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Proceedings Paper

MEMS for medical technology applications
Author(s): Thomas Frisk; Niclas Roxhed; Göran Stemme
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Paper Abstract

This paper gives an in-depth description of two recent projects at the Royal Institute of Technology (KTH) which utilize MEMS and microsystem technology for realization of components intended for specific applications in medical technology and diagnostic instrumentation. By novel use of the DRIE fabrication technology we have developed side-opened out-of-plane silicon microneedles intended for use in transdermal drug delivery applications. The side opening reduces clogging probability during penetration into the skin and increases the up-take area of the liquid in the tissue. These microneedles offer about 200µm deep and pain-free skin penetration. We have been able to combine the microneedle chip with an electrically and heat controlled liquid actuator device where expandable microspheres are used to push doses of drug liquids into the skin. The entire unit is made of low cost materials in the form of a square one cm-sized patch. Finally, the design, fabrication and evaluation of an integrated miniaturized Quartz Crystal Microbalance (QCM) based "electronic nose" microsystem for detection of narcotics is described. The work integrates a novel environment-to-chip sample interface with the sensor element. The choice of multifunctional materials and the geometric features of a four-component microsystem allow a functional integration of a QCM crystal, electrical contacts, fluidic contacts and a sample interface in a single system with minimal assembly effort, a potential for low-cost manufacturing, and a few orders of magnitude reduced in system size (12*12*4 mm3) and weight compared to commercially available instruments. The sensor chip was successfully used it for the detection of 200 ng of narcotics sample.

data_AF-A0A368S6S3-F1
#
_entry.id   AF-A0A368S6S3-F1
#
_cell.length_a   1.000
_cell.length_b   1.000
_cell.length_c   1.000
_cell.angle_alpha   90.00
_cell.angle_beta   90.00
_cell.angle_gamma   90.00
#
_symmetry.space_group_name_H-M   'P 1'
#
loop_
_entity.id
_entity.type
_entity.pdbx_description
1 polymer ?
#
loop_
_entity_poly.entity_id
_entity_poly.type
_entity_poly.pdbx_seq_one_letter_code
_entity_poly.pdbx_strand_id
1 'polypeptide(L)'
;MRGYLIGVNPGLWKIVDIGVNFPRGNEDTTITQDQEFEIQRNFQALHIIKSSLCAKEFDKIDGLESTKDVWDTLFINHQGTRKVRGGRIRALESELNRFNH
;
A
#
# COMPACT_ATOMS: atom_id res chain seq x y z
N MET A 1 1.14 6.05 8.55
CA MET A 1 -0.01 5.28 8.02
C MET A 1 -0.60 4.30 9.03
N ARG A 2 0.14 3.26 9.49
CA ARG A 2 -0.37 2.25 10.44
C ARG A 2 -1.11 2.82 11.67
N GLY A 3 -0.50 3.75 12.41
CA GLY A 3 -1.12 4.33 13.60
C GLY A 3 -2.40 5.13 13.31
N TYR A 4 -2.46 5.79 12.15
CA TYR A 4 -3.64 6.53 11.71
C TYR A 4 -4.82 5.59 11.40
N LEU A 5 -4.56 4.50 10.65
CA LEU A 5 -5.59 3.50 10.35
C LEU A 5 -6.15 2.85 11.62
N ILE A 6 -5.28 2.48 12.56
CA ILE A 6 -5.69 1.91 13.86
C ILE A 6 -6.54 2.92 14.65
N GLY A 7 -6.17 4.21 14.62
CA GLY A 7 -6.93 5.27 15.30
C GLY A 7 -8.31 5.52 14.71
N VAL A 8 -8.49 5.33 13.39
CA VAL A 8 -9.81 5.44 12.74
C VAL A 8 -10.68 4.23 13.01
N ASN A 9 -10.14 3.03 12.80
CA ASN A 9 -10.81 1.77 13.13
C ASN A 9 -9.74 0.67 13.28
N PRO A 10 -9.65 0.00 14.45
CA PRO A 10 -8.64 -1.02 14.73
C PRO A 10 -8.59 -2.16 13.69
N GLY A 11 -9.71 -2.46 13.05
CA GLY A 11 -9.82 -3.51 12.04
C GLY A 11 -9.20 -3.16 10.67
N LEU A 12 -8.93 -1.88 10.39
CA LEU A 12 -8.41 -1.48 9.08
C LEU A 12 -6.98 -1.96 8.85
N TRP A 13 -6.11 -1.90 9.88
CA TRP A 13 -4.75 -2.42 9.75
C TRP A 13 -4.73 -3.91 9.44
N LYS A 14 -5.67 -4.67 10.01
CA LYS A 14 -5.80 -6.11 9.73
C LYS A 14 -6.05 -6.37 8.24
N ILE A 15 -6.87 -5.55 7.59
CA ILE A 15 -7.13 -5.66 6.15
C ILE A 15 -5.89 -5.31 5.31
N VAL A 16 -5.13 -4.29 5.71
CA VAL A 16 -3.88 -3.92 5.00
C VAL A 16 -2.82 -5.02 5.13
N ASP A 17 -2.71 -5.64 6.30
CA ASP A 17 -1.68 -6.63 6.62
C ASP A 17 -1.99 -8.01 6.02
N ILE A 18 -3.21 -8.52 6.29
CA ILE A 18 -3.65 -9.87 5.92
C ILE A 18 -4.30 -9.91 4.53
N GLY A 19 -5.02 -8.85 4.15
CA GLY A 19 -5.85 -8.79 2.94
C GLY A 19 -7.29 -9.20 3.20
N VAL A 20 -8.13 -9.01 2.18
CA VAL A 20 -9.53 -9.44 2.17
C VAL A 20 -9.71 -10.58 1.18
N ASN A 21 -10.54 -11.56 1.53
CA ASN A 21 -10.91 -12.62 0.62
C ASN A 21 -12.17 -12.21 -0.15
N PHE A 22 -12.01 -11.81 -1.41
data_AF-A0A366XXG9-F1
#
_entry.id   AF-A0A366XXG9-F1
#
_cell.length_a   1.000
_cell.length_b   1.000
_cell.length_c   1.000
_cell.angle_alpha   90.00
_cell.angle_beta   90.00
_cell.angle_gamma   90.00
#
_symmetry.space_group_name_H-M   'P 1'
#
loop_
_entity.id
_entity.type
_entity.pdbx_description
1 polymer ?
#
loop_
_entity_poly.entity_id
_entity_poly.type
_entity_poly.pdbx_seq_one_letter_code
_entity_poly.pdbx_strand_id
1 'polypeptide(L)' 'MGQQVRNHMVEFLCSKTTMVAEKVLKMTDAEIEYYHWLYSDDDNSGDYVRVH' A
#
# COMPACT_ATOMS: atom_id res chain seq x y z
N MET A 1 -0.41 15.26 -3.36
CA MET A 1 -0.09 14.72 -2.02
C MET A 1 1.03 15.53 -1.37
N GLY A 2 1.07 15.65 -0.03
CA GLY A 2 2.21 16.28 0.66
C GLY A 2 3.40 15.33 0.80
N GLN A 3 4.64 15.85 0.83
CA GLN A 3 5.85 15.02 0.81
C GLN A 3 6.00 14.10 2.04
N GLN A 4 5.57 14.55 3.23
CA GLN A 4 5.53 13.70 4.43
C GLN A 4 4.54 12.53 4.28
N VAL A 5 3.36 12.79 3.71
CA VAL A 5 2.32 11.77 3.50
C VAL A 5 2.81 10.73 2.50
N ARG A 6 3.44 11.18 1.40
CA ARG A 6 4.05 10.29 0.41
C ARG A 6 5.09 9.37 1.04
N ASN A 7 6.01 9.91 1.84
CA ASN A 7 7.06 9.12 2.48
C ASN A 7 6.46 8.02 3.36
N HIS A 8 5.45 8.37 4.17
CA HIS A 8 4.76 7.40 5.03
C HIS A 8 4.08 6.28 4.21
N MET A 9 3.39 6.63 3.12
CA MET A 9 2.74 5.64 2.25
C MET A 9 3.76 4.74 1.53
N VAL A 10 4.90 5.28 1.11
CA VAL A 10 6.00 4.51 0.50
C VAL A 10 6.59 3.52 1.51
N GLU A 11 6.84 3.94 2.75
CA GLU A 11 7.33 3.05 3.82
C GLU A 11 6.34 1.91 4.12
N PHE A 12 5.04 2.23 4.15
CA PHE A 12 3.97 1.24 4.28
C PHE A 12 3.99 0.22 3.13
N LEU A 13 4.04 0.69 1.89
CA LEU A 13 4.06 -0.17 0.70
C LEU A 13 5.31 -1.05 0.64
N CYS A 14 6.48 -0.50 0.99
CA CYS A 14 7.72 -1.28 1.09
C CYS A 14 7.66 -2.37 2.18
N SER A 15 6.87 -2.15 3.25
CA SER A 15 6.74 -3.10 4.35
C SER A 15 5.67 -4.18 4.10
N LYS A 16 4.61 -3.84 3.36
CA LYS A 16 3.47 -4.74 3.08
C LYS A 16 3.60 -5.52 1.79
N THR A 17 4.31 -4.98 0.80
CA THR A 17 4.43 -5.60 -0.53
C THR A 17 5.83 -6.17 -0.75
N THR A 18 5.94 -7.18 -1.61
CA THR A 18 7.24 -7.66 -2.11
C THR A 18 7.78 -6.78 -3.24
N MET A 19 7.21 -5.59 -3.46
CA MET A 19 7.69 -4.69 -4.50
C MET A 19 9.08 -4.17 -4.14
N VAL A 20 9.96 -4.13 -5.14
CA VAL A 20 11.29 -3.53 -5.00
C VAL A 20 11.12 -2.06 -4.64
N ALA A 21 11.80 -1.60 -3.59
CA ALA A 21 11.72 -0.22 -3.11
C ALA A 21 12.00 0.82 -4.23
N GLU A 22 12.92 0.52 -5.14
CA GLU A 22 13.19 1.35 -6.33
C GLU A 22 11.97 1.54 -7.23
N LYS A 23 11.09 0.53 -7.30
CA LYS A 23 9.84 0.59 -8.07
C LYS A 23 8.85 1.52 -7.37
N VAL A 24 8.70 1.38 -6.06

Paper Details

Date Published: 15 February 2007
PDF: 9 pages
Proc. SPIE 6465, Microfluidics, BioMEMS, and Medical Microsystems V, 646513 (15 February 2007); doi: 10.1117/12.716948
Show Author Affiliations
Thomas Frisk, Royal Institute of Technology (Sweden)
Niclas Roxhed, Royal Institute of Technology (Sweden)
Göran Stemme, Royal Institute of Technology (Sweden)


Published in SPIE Proceedings Vol. 6465:
Microfluidics, BioMEMS, and Medical Microsystems V
Ian Papautsky; Wanjun Wang, Editor(s)

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